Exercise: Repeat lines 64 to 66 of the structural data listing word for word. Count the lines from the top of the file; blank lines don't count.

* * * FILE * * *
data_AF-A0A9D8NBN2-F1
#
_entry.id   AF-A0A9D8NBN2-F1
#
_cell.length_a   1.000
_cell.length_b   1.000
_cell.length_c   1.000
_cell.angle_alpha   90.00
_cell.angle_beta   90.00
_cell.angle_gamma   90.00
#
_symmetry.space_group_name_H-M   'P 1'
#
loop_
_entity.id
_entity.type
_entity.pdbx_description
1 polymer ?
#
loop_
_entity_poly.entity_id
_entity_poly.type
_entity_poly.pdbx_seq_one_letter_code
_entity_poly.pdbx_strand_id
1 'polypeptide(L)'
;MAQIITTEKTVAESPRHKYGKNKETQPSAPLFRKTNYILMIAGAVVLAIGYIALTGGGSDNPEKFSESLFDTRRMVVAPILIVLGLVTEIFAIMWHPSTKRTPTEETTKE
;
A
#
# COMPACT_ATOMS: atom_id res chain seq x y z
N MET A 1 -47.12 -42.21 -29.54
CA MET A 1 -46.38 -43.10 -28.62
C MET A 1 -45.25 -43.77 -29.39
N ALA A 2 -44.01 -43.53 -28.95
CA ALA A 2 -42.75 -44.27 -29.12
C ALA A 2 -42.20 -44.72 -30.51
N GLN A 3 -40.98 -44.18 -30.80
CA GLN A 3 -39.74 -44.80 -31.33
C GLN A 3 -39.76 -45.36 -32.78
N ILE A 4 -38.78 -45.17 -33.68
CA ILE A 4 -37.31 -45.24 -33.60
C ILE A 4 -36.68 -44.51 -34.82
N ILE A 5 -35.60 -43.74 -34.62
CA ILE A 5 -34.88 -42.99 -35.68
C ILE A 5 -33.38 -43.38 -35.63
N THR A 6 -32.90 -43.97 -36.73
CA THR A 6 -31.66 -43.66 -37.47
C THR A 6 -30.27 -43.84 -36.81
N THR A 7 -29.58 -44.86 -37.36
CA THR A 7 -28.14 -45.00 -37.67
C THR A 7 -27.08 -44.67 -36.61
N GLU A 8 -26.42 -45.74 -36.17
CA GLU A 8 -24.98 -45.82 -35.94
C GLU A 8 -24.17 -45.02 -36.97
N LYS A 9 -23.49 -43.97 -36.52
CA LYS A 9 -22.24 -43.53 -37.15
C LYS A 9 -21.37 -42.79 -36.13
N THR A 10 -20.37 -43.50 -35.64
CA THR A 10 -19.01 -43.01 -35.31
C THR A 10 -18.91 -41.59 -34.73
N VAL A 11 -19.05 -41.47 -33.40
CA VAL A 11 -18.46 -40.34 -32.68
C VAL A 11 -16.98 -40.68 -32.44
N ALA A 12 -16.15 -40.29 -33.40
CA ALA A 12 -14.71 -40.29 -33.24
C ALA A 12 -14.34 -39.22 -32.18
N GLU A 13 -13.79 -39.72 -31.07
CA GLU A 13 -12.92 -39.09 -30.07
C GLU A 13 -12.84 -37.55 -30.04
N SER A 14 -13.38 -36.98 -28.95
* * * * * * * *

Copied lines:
N ALA A 12 -16.15 -40.29 -33.40
CA ALA A 12 -14.71 -40.29 -33.24
C ALA A 12 -14.34 -39.22 -32.18